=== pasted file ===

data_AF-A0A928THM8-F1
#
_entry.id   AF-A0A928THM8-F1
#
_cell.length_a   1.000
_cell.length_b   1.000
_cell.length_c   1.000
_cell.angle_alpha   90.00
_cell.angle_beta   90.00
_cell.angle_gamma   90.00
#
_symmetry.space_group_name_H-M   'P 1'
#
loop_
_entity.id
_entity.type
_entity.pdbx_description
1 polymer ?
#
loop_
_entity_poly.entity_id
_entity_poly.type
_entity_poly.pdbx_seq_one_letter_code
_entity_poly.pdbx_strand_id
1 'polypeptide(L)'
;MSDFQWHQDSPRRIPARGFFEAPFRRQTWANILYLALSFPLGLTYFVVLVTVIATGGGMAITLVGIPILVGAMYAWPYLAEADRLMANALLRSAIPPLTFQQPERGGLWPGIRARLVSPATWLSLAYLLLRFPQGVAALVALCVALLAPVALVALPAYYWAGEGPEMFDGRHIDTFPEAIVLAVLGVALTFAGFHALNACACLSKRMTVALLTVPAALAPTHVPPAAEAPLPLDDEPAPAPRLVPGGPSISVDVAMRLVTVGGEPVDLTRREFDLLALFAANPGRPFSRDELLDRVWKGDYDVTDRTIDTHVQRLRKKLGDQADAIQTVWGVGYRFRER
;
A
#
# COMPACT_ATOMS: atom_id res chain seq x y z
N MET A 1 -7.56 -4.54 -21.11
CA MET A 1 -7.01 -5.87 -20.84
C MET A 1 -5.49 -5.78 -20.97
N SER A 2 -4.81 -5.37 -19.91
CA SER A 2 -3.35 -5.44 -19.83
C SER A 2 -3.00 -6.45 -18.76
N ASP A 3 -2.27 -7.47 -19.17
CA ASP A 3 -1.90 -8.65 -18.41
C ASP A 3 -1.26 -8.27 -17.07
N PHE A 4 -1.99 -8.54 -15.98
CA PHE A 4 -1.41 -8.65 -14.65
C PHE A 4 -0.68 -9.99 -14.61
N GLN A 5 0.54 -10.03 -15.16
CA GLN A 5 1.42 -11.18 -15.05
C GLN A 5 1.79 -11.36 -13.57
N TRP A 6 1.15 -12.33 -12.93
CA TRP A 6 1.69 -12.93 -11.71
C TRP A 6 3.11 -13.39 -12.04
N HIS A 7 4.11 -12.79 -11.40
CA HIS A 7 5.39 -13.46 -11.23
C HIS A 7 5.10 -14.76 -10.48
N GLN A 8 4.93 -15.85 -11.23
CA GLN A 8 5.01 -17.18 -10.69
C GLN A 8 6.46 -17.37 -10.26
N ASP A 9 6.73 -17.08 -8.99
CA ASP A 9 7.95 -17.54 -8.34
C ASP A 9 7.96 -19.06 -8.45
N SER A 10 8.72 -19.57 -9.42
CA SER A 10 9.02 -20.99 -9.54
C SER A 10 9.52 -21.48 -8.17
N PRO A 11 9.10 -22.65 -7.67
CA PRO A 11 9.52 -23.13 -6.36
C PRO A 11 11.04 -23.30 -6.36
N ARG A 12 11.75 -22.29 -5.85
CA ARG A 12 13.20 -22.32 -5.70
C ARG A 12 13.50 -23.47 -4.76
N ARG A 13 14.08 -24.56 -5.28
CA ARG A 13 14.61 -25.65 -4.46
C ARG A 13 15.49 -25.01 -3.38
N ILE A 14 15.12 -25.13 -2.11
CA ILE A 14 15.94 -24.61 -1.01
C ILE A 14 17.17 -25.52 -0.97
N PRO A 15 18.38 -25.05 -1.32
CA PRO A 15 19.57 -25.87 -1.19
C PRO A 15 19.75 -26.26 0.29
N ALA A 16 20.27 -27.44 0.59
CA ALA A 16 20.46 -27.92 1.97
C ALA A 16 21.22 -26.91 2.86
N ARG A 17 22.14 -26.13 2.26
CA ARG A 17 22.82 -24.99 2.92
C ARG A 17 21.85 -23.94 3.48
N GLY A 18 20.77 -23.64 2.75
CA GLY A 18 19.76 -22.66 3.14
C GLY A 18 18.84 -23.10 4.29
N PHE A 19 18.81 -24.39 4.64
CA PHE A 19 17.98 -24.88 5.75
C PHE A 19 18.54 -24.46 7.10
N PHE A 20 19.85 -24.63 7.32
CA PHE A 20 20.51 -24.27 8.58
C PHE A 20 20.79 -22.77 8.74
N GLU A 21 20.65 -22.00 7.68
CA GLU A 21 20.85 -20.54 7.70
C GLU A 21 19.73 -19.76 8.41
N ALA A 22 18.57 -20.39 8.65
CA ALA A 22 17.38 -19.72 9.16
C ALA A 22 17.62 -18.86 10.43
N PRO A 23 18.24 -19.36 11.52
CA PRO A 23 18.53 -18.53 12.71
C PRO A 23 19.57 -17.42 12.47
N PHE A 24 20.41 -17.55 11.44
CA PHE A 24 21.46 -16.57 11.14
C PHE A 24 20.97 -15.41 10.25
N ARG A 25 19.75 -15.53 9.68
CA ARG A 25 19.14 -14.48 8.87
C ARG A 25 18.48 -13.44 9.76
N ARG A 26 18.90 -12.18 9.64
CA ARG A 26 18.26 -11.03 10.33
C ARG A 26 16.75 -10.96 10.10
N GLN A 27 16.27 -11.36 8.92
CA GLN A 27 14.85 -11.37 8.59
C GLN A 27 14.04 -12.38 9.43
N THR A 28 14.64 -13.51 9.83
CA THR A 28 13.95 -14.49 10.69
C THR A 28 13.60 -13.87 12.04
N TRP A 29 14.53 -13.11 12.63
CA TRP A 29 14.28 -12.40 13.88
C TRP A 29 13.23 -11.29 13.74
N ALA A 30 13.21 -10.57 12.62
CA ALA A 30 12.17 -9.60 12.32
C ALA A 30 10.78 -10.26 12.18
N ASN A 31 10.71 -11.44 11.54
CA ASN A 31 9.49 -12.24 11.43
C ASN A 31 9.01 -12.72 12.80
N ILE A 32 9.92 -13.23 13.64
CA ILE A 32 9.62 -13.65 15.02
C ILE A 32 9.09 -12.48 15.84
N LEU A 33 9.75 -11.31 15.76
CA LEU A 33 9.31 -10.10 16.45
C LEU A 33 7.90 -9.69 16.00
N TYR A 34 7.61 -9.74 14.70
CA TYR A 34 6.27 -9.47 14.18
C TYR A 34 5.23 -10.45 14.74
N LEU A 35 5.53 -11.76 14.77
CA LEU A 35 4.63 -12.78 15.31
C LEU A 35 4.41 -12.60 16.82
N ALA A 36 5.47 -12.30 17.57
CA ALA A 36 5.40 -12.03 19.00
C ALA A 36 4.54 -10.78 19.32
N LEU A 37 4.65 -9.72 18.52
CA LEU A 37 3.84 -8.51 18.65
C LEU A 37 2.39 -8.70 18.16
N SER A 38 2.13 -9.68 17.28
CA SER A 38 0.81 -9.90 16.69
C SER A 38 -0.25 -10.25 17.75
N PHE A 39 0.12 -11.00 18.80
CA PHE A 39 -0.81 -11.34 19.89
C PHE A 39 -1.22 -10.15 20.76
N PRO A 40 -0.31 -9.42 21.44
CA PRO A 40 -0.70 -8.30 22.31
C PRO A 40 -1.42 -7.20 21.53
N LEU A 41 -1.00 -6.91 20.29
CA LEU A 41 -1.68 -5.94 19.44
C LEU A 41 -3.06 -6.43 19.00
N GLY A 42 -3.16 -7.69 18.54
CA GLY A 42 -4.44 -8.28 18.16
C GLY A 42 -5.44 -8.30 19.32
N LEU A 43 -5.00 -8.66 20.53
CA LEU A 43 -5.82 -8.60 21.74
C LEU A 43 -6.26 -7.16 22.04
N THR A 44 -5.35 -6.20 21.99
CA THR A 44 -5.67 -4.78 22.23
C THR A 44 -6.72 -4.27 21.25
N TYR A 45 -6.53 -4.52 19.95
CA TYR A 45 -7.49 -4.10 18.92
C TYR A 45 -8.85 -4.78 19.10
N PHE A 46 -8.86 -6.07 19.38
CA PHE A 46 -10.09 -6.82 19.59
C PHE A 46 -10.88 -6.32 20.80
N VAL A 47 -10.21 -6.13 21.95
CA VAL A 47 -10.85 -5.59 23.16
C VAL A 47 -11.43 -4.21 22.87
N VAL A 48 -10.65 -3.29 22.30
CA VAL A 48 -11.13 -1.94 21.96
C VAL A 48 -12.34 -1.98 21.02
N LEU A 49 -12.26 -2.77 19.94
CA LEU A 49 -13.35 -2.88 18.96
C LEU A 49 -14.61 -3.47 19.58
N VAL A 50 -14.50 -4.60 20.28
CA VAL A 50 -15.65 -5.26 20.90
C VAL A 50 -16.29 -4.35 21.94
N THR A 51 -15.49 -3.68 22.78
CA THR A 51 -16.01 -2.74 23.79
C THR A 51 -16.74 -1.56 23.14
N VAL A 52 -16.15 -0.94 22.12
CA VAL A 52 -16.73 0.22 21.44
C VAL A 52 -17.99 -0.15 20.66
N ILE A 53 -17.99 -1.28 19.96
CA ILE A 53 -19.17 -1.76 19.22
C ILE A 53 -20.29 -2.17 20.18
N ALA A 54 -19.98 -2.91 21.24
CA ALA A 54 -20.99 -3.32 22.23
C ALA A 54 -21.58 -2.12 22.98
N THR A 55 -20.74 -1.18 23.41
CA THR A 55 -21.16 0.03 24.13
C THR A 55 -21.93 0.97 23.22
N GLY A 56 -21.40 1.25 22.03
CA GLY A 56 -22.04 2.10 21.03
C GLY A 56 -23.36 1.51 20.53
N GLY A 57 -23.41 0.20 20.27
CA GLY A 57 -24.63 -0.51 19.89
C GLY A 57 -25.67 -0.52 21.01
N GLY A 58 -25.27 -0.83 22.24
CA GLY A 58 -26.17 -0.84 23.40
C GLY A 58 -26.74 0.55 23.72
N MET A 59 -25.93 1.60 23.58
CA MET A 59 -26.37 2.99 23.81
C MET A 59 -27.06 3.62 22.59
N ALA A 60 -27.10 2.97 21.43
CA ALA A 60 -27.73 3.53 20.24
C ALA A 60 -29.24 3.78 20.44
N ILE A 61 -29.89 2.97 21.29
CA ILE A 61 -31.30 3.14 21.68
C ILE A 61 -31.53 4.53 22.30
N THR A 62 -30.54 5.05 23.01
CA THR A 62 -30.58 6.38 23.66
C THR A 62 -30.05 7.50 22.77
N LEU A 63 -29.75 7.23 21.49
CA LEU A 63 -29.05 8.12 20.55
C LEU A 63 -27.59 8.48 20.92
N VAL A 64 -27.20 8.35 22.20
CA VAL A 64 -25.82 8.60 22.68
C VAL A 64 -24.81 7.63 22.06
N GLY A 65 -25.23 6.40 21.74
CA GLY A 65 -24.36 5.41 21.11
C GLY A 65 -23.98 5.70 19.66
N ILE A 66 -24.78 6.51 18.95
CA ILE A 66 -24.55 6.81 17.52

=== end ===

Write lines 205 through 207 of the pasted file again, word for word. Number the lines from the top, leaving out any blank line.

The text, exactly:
N MET A 59 -25.93 1.60 23.58
CA MET A 59 -26.37 2.99 23.81
C MET A 59 -27.06 3.62 22.59